Caretaking. Codependents tend to be caregivers who feel responsible for making sure everyone else is okay. They can also be overly concerned about what people think of them and how they appear to others. Codependents often try to make sure everyone around them feels happy while neglecting their own needs. You might have a hard time receiving, and be more comfortable giving. 

Trouble communicating. If you're codependent, it might be hard for you to express your feelings. Caregivers may be afraid to assert themselves because they think it might upset others. Dependent people may be dishonest about how they really feel. In order to improve communication skills, both people need to become more honest about their feelings.

Being overly needy. Codependents can clingy and jealous, or expect another person to fulfill all of their needs. If you're codependent, you might wonder why you always feel empty or unhappy, or why you can't find someone to make you feel completely secure, safe, and loved. 

Low self-esteem. Codependents need each other to feel secure. If you're codependent, you might try to control the other person by being overly attentive and helpful. The needy person feels insecure because they don't want to be alone or craves constant validation.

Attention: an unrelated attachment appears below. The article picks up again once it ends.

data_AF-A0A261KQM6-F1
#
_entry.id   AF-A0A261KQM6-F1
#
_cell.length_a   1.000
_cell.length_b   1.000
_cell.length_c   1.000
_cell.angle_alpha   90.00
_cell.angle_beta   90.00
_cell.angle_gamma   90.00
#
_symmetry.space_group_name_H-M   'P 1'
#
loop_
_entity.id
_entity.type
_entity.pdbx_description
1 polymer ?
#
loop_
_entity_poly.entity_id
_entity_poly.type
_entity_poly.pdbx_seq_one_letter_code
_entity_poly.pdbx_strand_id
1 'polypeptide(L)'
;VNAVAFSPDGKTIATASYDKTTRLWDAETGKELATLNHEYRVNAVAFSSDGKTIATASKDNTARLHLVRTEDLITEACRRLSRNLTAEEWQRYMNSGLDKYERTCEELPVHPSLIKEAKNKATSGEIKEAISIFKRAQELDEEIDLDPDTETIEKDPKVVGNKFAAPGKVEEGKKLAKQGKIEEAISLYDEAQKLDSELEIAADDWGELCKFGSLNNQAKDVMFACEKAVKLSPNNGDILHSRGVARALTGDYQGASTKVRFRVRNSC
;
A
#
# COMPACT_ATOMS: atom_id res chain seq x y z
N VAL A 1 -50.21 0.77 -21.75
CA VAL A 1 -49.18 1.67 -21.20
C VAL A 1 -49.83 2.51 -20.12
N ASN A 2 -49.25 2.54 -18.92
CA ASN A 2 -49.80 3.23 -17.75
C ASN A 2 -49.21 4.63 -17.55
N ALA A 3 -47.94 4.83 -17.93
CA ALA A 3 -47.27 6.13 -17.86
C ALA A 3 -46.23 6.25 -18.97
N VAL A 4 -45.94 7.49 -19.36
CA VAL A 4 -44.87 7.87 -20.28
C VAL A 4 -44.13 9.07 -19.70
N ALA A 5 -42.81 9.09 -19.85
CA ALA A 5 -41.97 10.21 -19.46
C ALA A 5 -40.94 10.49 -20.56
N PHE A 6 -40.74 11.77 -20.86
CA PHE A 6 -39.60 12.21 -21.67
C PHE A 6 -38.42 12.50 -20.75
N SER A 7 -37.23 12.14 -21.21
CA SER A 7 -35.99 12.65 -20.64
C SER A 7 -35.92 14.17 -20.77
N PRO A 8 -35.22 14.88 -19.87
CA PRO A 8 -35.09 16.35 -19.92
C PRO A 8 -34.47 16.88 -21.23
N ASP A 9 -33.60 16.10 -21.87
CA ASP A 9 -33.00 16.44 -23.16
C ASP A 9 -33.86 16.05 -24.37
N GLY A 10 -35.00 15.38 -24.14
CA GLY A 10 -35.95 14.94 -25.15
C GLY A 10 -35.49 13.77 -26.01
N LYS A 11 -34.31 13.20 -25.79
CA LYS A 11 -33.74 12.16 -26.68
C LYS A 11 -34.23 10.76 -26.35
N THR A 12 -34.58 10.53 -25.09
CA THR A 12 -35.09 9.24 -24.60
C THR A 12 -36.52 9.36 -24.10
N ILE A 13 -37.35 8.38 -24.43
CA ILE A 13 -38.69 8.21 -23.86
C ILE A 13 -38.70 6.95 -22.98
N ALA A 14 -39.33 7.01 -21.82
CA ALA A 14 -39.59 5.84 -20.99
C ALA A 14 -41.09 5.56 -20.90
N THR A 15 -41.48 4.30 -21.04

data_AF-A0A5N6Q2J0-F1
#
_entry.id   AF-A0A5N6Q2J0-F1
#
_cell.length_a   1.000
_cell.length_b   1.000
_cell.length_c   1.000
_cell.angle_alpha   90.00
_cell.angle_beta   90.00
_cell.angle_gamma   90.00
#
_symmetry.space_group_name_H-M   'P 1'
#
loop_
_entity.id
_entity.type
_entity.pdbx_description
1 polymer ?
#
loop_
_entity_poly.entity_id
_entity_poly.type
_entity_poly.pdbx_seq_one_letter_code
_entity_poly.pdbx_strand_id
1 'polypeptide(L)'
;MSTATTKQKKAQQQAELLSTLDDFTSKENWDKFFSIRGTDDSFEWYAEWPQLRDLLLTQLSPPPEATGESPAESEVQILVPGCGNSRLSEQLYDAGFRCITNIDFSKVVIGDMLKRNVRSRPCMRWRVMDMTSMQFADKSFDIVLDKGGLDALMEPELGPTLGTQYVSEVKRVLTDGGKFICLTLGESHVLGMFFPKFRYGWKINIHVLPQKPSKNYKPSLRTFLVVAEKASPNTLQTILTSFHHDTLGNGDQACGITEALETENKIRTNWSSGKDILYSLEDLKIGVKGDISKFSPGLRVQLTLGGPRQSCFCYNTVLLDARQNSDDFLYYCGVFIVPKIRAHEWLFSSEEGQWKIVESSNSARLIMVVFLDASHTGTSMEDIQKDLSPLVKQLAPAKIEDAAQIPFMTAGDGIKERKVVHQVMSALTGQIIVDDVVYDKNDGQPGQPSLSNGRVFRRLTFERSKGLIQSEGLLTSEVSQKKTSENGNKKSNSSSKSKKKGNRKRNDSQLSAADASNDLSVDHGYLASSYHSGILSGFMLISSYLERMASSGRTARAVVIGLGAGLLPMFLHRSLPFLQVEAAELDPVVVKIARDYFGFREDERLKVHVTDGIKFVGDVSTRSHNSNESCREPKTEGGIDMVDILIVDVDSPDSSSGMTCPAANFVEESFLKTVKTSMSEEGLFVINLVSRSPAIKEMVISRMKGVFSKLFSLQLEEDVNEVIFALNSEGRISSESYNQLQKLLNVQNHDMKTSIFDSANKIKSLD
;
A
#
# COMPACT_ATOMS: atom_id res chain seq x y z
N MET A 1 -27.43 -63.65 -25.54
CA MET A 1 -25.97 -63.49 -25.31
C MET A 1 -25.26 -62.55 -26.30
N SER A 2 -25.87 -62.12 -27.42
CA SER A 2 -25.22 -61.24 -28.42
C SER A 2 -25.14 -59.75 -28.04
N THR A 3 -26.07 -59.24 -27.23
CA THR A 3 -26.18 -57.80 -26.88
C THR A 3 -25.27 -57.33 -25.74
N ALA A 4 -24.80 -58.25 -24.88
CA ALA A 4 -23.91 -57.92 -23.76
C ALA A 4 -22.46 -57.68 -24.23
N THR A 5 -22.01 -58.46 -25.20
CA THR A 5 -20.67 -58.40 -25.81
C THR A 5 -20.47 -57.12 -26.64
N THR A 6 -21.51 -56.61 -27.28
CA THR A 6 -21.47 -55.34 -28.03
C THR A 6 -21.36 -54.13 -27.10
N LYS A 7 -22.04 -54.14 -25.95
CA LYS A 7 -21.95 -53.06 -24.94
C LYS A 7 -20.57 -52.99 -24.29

Reactivity. When your identity is based on satisfying others and how they perceive you, you may find yourself reacting to situations instead of acting on your own initiative. You may get defensive easily or internalize criticism. This can make it hard to resolve disagreements, communicate in a healthy way, or even understand what you're feeling and why. 

Signs Of A Codependent Relationship

Not sure if you're in a codependent relationship? Wondering what a codependent relationship actually looks like? Here are some in-real-life examples of how codependence can appear in your life:

You or your partner make unilateral decisions. When you're in a codependent relationship, you or your partner may feel like you "know best." You may make appointments for your partner, try to decide what they eat or when they sleep, or want to tell them how to behave. If you've ever been called bossy or controlling, codependent might be a more accurate word.